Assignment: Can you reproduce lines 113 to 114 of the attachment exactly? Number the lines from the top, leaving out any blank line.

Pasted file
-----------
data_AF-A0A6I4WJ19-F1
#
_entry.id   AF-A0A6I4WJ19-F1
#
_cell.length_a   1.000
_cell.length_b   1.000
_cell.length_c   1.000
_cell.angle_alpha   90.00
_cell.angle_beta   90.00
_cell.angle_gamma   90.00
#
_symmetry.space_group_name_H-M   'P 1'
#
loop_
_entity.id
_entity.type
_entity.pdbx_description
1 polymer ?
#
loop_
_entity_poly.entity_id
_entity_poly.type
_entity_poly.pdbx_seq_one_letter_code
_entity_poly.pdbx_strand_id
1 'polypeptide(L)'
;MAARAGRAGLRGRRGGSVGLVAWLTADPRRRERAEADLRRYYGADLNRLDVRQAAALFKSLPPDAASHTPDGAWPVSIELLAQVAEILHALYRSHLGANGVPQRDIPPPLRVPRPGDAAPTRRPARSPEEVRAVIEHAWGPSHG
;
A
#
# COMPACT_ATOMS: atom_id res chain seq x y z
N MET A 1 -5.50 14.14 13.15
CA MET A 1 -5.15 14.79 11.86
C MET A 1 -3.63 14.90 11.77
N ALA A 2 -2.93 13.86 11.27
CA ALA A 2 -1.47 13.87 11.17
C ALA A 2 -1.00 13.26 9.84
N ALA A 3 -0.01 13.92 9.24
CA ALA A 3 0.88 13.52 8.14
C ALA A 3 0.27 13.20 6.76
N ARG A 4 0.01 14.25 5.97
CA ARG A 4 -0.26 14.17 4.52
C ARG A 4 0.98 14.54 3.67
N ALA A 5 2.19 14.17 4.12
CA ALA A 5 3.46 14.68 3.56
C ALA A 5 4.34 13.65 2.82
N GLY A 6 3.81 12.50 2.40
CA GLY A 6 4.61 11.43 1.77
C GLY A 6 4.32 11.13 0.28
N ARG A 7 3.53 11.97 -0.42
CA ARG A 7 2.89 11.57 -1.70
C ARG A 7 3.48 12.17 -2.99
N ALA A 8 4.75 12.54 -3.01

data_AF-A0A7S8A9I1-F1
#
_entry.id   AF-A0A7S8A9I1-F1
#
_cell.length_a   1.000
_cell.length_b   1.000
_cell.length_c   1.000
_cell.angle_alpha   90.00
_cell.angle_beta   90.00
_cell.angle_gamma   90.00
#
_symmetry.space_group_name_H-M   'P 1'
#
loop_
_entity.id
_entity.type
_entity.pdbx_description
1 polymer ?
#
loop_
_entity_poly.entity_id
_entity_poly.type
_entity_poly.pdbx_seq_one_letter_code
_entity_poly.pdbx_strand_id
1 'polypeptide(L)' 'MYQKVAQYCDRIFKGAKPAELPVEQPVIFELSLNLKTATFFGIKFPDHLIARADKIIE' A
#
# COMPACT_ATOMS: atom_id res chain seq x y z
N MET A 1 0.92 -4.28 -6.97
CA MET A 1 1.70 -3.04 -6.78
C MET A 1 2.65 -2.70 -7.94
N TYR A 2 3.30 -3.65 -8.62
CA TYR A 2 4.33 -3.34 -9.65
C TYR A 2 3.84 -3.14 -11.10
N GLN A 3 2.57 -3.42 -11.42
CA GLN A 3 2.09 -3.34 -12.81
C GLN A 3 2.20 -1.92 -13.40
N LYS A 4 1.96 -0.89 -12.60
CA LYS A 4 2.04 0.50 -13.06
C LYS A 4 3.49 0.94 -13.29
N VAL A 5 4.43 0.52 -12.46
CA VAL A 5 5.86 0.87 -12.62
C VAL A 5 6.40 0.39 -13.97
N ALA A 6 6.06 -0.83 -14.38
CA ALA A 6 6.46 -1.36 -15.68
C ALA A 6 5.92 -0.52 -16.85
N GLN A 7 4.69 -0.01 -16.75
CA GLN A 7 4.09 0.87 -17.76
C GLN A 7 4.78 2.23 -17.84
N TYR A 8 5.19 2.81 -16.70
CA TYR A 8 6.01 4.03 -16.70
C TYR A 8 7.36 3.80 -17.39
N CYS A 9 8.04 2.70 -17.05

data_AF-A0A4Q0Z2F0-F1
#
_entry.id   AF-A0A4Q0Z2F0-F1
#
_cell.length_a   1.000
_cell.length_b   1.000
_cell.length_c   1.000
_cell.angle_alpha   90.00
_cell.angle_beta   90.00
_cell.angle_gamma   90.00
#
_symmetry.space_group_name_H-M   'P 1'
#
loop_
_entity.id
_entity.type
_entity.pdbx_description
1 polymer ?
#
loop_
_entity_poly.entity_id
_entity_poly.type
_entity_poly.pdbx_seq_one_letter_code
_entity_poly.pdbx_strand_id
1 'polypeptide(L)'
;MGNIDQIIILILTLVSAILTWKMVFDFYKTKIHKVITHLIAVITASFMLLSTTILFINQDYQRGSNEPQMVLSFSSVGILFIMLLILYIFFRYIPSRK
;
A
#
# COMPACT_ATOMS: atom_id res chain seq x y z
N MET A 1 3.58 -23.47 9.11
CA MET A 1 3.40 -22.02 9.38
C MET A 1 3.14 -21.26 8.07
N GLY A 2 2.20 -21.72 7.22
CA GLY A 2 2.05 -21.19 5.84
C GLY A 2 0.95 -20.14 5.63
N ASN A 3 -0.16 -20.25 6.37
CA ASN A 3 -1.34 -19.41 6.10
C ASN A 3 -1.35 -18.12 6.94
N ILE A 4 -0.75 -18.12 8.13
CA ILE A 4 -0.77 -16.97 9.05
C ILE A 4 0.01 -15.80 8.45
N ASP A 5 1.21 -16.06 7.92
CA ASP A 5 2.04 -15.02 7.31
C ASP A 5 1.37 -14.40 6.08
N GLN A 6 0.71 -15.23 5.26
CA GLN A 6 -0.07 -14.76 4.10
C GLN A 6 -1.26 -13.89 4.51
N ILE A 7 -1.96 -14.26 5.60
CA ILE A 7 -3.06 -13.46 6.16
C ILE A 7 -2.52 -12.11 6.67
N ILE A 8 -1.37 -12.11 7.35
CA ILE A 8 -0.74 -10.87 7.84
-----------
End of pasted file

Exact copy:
_cell.angle_beta   90.00
_cell.angle_gamma   90.00